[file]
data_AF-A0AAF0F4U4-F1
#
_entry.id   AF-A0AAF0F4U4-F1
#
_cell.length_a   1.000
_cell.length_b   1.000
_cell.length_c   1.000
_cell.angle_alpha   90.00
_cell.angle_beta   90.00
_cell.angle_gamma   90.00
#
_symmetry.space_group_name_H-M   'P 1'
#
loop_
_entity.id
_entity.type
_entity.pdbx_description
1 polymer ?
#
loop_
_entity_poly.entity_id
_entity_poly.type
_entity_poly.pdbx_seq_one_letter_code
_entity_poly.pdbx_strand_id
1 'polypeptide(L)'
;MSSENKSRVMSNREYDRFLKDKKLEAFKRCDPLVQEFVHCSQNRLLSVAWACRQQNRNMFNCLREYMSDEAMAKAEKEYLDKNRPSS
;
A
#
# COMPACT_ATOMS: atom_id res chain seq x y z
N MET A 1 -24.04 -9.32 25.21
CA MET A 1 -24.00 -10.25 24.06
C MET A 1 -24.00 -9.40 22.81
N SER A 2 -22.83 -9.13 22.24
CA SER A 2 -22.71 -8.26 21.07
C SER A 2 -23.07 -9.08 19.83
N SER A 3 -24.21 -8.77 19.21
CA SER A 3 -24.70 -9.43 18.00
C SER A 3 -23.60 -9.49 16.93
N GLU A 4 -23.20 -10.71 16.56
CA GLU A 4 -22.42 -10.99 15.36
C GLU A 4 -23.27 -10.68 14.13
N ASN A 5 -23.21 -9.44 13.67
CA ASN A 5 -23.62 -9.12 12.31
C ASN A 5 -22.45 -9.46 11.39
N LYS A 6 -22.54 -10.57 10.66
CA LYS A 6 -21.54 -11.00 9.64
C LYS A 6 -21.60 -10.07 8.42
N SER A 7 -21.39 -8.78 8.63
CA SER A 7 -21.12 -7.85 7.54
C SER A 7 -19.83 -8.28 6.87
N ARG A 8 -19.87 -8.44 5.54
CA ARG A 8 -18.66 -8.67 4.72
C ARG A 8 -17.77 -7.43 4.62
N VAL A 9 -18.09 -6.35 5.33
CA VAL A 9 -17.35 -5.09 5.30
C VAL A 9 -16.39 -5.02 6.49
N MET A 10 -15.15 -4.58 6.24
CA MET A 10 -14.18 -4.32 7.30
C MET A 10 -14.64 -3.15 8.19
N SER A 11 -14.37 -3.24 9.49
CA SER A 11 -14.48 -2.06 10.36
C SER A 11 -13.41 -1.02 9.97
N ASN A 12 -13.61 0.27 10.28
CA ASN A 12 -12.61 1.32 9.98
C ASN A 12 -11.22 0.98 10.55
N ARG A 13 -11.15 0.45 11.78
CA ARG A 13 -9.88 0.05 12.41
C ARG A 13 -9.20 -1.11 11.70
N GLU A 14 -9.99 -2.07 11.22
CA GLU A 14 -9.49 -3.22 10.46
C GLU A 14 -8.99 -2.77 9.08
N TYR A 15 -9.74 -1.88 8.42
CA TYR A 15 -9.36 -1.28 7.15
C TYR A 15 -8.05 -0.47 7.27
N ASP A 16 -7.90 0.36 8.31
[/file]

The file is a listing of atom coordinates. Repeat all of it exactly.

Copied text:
data_AF-A0AAF0F4U4-F1
#
_entry.id   AF-A0AAF0F4U4-F1
#
_cell.length_a   1.000
_cell.length_b   1.000
_cell.length_c   1.000
_cell.angle_alpha   90.00
_cell.angle_beta   90.00
_cell.angle_gamma   90.00
#
_symmetry.space_group_name_H-M   'P 1'
#
loop_
_entity.id
_entity.type
_entity.pdbx_description
1 polymer ?
#
loop_
_entity_poly.entity_id
_entity_poly.type
_entity_poly.pdbx_seq_one_letter_code
_entity_poly.pdbx_strand_id
1 'polypeptide(L)'
;MSSENKSRVMSNREYDRFLKDKKLEAFKRCDPLVQEFVHCSQNRLLSVAWACRQQNRNMFNCLREYMSDEAMAKAEKEYLDKNRPSS
;
A
#
# COMPACT_ATOMS: atom_id res chain seq x y z
N MET A 1 -24.04 -9.32 25.21
CA MET A 1 -24.00 -10.25 24.06
C MET A 1 -24.00 -9.40 22.81
N SER A 2 -22.83 -9.13 22.24
CA SER A 2 -22.71 -8.26 21.07
C SER A 2 -23.07 -9.08 19.83
N SER A 3 -24.21 -8.77 19.21
CA SER A 3 -24.70 -9.43 18.00
C SER A 3 -23.60 -9.49 16.93
N GLU A 4 -23.20 -10.71 16.56
CA GLU A 4 -22.42 -10.99 15.36
C GLU A 4 -23.27 -10.68 14.13
N ASN A 5 -23.21 -9.44 13.67
CA ASN A 5 -23.62 -9.12 12.31
C ASN A 5 -22.45 -9.46 11.39
N LYS A 6 -22.54 -10.57 10.66
CA LYS A 6 -21.54 -11.00 9.64
C LYS A 6 -21.60 -10.07 8.42
N SER A 7 -21.39 -8.78 8.63
CA SER A 7 -21.12 -7.85 7.54
C SER A 7 -19.83 -8.28 6.87
N ARG A 8 -19.87 -8.44 5.54
CA ARG A 8 -18.66 -8.67 4.72
C ARG A 8 -17.77 -7.43 4.62
N VAL A 9 -18.09 -6.35 5.33
CA VAL A 9 -17.35 -5.09 5.30
C VAL A 9 -16.39 -5.02 6.49
N MET A 10 -15.15 -4.58 6.24
CA MET A 10 -14.18 -4.32 7.30
C MET A 10 -14.64 -3.15 8.19
N SER A 11 -14.37 -3.24 9.49
CA SER A 11 -14.48 -2.06 10.36
C SER A 11 -13.41 -1.02 9.97
N ASN A 12 -13.61 0.27 10.28
CA ASN A 12 -12.61 1.32 9.98
C ASN A 12 -11.22 0.98 10.55
N ARG A 13 -11.15 0.45 11.78
CA ARG A 13 -9.88 0.05 12.41
C ARG A 13 -9.20 -1.11 11.70
N GLU A 14 -9.99 -2.07 11.22
CA GLU A 14 -9.49 -3.22 10.46
C GLU A 14 -8.99 -2.77 9.08
N TYR A 15 -9.74 -1.88 8.42
CA TYR A 15 -9.36 -1.28 7.15
C TYR A 15 -8.05 -0.47 7.27
N ASP A 16 -7.90 0.36 8.31